Mercury’s Farm Boy discovers War Horse back in the fields

Gary Mackay, Danny Childs in Farm Boy by Michael Morpurgo and adapted for the stage by Daniel Buckro

Gary Mackay, Danny Childs in Farm Boy by Michael Morpurgo and adapted for the stage by Daniel Buckroyd. Photo Robert Day - Credit: Archant

Michael Morpurgo’s War Horse was one of British theatre’s great defining moments in recent years. Based on a best-selling novel, it was an emotional and uplifting experience which, through the interaction of actors and life-size puppets, allowed audiences to see the battlefields of the First World War through the eyes of Joey the farm horse.

Danny Childs in Farm Boy by Michael Morpurgo and adapted for the stage by Daniel Buckroyd. Photo Rob

Danny Childs in Farm Boy by Michael Morpurgo and adapted for the stage by Daniel Buckroyd. Photo Robert Day - Credit: Archant

Any sequel to this is bound to raise expectations but Michael Morpurgo’s touching Farm Boy cleverly continues the story of Joey and Albert but is told in a different way, allowing the story to live in its own world without making too many comparisons.

Farm Boy has been adapted for the stage by Daniel Buckroyd, artistic director of the Colchester Mercury, who has previously adapted Morpurgo’s The Butterfly Lion.

The play is directed by Chris Hallam who says that staging a play which is seen as a sequel to something as successful as War Horse has to be daunting but he’s letting the script do the hard work.

“You can’t worry about what people are thinking when they come to a play. You just have to tell the story as best you can. We’ve got a great story to tell, thanks to Michael, Daniel has given us a brilliant script and I’m just bringing to life what’s on the page.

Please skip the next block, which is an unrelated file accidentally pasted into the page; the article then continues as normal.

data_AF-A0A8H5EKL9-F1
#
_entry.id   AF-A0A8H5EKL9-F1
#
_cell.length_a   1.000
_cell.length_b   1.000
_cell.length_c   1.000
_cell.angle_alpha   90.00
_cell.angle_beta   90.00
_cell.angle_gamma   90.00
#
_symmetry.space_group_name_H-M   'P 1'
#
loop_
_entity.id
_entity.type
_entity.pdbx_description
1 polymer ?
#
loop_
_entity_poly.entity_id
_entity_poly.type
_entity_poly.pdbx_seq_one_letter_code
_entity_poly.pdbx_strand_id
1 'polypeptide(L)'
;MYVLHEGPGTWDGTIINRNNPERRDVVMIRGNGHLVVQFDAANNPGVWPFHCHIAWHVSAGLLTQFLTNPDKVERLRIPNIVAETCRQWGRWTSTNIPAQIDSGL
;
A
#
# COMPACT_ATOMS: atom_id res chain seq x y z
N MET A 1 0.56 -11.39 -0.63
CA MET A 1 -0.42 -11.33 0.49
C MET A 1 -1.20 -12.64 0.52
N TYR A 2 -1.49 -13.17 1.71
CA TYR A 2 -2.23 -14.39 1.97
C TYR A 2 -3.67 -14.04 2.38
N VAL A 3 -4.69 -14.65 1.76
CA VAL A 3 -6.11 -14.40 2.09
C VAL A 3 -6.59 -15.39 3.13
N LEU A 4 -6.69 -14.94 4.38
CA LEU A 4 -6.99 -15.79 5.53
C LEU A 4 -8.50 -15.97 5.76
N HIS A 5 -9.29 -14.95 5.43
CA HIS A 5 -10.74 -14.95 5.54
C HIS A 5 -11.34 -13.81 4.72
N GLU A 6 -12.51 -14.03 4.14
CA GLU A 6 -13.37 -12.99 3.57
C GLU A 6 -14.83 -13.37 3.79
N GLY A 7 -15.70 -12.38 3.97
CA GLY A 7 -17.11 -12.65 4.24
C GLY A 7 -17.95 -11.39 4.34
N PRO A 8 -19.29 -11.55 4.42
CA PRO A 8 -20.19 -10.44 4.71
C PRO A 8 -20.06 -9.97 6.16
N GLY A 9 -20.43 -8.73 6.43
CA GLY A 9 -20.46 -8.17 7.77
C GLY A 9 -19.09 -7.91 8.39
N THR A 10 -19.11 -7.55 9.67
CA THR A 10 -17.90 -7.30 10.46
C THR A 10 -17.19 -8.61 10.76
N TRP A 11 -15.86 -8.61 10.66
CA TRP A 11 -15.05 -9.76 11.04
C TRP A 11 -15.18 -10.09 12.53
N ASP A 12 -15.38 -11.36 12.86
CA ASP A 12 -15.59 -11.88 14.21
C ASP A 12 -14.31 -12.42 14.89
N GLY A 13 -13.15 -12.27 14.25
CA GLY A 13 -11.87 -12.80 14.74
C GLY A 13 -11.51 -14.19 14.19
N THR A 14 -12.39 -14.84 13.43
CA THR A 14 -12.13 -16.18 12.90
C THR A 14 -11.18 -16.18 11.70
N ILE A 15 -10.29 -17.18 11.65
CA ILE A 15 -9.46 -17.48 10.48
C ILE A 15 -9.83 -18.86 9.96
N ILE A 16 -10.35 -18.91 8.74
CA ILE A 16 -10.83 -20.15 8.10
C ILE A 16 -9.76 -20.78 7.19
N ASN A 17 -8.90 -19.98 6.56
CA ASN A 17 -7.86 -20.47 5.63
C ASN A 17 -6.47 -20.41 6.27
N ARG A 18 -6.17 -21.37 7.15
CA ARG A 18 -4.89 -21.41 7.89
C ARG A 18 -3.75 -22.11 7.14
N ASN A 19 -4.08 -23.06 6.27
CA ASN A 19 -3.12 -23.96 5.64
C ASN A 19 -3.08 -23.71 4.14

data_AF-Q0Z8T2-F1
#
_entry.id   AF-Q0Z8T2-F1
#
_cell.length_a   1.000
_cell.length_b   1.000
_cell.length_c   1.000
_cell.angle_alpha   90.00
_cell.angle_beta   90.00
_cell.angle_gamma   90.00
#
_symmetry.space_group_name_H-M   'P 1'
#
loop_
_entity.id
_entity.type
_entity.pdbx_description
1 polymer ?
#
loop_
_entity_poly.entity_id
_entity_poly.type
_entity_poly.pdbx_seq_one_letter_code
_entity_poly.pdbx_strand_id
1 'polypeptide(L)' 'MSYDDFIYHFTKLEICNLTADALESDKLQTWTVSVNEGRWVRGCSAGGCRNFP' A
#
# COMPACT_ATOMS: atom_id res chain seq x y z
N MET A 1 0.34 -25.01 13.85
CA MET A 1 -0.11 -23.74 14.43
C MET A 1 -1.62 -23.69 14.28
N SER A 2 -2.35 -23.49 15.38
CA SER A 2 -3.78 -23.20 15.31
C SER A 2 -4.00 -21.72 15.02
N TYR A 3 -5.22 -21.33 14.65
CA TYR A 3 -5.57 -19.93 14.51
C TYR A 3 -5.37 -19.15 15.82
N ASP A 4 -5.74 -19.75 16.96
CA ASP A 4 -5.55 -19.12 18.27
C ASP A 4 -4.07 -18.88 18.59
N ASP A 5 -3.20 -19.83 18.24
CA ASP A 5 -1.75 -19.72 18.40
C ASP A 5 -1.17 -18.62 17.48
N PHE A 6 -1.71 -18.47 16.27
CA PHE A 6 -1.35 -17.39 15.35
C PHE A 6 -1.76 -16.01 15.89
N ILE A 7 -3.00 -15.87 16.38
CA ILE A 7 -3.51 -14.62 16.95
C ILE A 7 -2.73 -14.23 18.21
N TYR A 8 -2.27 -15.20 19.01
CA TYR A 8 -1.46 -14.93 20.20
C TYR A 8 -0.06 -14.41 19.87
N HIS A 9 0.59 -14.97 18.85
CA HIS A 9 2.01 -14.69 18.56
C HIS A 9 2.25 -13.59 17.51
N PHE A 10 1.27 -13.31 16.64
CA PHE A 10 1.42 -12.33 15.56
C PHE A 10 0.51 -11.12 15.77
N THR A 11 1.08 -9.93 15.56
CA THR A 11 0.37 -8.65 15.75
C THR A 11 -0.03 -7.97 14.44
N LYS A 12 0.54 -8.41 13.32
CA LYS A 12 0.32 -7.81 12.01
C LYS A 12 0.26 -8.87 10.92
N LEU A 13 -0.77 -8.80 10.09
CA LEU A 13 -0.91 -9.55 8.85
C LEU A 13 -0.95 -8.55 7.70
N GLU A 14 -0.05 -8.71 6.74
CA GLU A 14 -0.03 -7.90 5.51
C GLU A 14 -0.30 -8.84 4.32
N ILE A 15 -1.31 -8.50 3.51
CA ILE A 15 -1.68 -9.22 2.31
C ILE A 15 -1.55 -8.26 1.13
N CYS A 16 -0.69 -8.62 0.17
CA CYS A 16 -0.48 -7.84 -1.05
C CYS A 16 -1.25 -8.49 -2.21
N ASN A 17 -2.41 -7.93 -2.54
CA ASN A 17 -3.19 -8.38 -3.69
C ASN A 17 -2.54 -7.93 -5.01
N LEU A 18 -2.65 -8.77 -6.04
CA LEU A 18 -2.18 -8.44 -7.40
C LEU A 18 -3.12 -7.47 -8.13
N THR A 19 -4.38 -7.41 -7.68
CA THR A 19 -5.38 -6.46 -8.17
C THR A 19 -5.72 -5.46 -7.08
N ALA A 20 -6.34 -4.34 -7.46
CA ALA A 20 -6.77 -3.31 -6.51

Danny Childs in Farm Boy by Michael Morpurgo and adapted for the stage by Daniel Buckroyd. Photo Rob

Danny Childs in Farm Boy by Michael Morpurgo and adapted for the stage by Daniel Buckroyd. Photo Robert Day - Credit: Archant

“My approach has always been to make things as simple as possible. Let the play and the actors tell the story. We are doing a tour of schools before the performances at The Mercury and the kids have been spellbound.

“We have an old Fordson tractor, which features heavily in the show, and a few props and that’s it. But, because the story and the performances are so good the children are hooked. There are a few moments in the show where we wondered whether the kids would understand but we needn’t have worried because children take things in their stride.”

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He said that the show gains from the input of musician/ composer Ru Hamilton who has come up with a unique musical landscape for the show which has been shaped in rehearsal. “He was amazing. Like everyone who sees the show, he was completely charmed by what he saw. He kept coming up with new ideas. One day he said to me: ‘what this scene needs is a harp.’

“I wasn’t keen, thinking about the practicalities of touring with a giant harp, but he assured me, it would only be a small one. He went out and got himself a harp and he was right.

“The piece he came up with fitted the scene brilliantly – so music plays a big part in the performance.”

Chris says that whereas War Horse is told in a linear fashion through the eyes of the horse, Farm Boy is set in the present but is told in flashback as the young grandson, played by Danny Childs, is told stories about what happened to Joey and Albert when they returned home after the First World War.

Whereas the puppet of Joey was the focus of attention in War Horse, Farm Boy has a rusty old tractor which will capture the audience’s imagination. “The play starts with this old green tractor sitting in the corner of a Devon farmyard. But, beneath the rust and dust, lies a wonderful story which brings together two generations.

“It’s a play about friendship, about how the past and present are entwined. How some things change but others remain the same – although they may look different. It’s about the bond between the grandfather, played by Gary Mackay, and his grandson who visits him each summer and the bond they share.

“Farm Boy shows how love, patience and determination will win the day and will reveal how the old tractor found its way onto the farm and changed their lives forever.”

Chris said that like its predecessor Farm Boy is an emotionally engaging and uplifting story which connects the present to the past and us to our families and traditions.

Farm Boy by Michael Morpurgo, adapted by Daniel Buckroyd is at the Mercury Theatre Colchester on June 17-18.

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